Just as modern medicine (or in truth, modern work expectations) has abolished recuperation (symptoms blocked? good, then back to work), all is a rush, time is short, there’s more to do. More incessant chatter in which to engage; always on lest we suffer from FOMO (fear of missing out).
And in learning too, the pace, deadlines ,rushing from lecture to lecture, taking test after test and no time to…
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Interesting thoughts on governance as the site of neo-liberal struggle
Governance. Obscure, arcane structures peppered with titles fully worthy of the faux-medievalism of many universities – that’s the view of many working in academia towards this issue. But, governance is precisely where the ideological battles around the role and future of higher education are being played out. Changes in the balance of representations from internal to external interests, from public service to business and ‘entrepreneurs’, from elected to appointed, from autonomous to ‘steered’, from values to products.
Management. Increasingly built on business models, the shift from President/Principa/Vice-Chancellor to CEO; after all aren’t universities multi-million Euro operations, don’t they need the discipline and efficiency of the private sector, or at the very least a form of ‘public accountability’ that isn’t reliant on academic values, personal integrity or something as unreliable as a sense of public service? So we’re told.
So what form then should a university take in terms of its…
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Recently I wrote about the pretence at rational planning that is the current state of Irish higher education reform. The official policy discourse gives the impression that the flurry of activity that sees the presidents of Institutes of Technology meeting each other, the production of guidelines on criteria for Technological University status (that not quite a ‘real’ university status that IoTs may be granted) by Simon Marginson, and update reports by the Higher Education Authority are somehow the stuff of deliberative democracy.
My claim is that they are nothing of the sort.
The reality is that as soon as the Hunt Report was published, with its well rehearsed arguments for institutional rationalisation (read budget cuts), Technological University status, and regional higher education clusters, ambitious presidents and registrars of IoTs quickly got into action.
Suddenly there were rumours of potential amalgamations between this IoT and another, of regional amalgamations. Month by month it seemed these rumours changed, morphed. What was a ‘definite’ love match one week was cast asunder the next.
It is important to note that all of this occurred in the absence of any real legislative framework. Indeed, it still does. It is an example of POLICY WITHOUT POLICY. Instead, the process on the ground has been driven by ambition. For all the attempt to put a rational gloss on things, the BIG players on the field call the shots their way. For instance, the long held ambition for a ‘university of the South East’ (a dream thwarted by the OECD report) has framed the actions of at least one institution. Others who may or may not come under the orbit of institutional merger in that region are bit players. Hardly deliberative democracy.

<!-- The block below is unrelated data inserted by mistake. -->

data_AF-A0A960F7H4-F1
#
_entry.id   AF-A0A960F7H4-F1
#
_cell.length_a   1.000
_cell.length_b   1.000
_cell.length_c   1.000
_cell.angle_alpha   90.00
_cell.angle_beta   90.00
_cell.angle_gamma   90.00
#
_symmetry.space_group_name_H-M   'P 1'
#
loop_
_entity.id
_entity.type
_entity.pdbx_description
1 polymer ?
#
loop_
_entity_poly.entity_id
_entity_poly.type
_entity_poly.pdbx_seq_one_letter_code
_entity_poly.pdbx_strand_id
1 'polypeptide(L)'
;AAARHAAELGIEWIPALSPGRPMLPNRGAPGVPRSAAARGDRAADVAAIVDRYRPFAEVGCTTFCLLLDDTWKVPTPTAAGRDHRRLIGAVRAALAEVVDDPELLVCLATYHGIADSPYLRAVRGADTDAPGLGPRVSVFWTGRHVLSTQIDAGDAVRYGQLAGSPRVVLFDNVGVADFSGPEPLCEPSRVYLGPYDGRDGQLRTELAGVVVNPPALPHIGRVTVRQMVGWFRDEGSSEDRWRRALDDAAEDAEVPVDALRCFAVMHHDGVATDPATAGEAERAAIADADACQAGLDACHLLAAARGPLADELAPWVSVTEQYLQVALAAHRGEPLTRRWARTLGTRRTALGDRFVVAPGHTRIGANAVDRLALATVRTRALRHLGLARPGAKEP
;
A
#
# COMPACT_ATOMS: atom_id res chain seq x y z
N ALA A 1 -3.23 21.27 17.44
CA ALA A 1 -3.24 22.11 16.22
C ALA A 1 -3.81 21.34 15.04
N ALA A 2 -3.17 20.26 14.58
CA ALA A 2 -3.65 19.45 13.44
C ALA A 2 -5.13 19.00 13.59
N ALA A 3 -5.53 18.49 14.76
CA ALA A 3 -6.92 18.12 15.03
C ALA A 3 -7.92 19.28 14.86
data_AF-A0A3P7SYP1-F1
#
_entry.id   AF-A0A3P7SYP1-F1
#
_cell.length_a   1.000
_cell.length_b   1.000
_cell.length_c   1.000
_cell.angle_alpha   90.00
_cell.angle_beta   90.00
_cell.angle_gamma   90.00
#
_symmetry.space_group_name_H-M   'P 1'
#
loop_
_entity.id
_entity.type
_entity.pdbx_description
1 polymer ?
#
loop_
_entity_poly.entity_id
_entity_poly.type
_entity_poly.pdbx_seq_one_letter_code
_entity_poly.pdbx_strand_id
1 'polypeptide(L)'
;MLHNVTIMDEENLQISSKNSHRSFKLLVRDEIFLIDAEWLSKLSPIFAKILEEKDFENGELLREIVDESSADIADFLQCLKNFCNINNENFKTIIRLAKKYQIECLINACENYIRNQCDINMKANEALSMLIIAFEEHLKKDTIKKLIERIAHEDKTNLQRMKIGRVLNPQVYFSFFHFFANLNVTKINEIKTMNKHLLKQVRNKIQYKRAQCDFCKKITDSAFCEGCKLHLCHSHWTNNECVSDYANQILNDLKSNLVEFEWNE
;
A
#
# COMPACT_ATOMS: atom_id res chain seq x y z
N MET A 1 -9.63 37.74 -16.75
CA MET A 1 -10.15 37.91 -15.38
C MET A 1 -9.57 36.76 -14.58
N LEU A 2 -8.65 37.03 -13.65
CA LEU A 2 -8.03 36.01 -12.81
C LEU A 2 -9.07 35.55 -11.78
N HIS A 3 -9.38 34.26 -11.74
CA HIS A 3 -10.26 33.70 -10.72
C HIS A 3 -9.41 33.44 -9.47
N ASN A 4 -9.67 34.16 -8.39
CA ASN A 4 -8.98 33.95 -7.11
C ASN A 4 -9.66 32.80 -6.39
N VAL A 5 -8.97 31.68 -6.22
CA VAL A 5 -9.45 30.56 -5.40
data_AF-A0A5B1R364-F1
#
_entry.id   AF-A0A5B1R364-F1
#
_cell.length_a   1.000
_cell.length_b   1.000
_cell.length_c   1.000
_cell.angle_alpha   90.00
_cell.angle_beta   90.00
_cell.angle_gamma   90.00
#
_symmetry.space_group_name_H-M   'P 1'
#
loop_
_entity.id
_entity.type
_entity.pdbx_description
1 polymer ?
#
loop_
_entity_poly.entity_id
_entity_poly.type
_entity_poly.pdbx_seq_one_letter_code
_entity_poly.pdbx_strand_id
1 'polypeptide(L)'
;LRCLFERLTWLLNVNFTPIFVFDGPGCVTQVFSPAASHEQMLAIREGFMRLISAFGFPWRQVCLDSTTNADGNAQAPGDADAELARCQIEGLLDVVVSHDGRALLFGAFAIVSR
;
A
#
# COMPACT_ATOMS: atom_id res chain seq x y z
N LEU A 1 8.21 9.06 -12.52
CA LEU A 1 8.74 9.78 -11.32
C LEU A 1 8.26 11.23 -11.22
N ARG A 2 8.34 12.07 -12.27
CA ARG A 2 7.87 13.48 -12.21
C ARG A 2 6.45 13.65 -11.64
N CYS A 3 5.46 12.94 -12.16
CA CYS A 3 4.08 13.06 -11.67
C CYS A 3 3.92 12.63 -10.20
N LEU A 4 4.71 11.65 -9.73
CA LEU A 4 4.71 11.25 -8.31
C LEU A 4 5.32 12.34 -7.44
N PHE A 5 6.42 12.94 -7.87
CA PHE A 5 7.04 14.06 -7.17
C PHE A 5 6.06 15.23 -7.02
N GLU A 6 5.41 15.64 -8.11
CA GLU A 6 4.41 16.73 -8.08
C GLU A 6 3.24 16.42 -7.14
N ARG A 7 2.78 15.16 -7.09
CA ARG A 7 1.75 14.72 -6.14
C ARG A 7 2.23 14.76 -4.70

Similarly, the changing elements of a possible regional fix in the North West has, it has been privately reported, been partly driven by a mixture of personal ambition and antipathy.
In a climate of fiscal restraint – OK, let me be blunt about this, in a climate of raiding the public sector purse to pay for the criminal mistakes of the private sector, the running around trying to either get in on a bigger players act, or desperately trying to secure some presence in the new future for non-university tertiary education, has involved massive transactional costs. This is not just in the money (public money) spent on meetings, but the serious discontent amongst ordinary lecturers about their and their institution’s futures. This sees itself in petty actions and in ill-health. Ordinary lecturers are not participating in the discussions about their futures. These are held by those higher up the institutional food chain.
This could have been different. The HEA could have organised a more meaningful process. The relevant government minister could have sought to legislate in a way that actually asked serious questions about what kind of higher education system a small open economy and country like Ireland could have. But they didn’t. I don’t know why. Some might say it is the result of incompetence. Some might say it was political ineptitude. Some might say it was both.
What is clear, is that what is happening lacks any compassion. It is ethically moribund. It is a moral embarrasment.
This is a lovely short piece via Mark Carrigan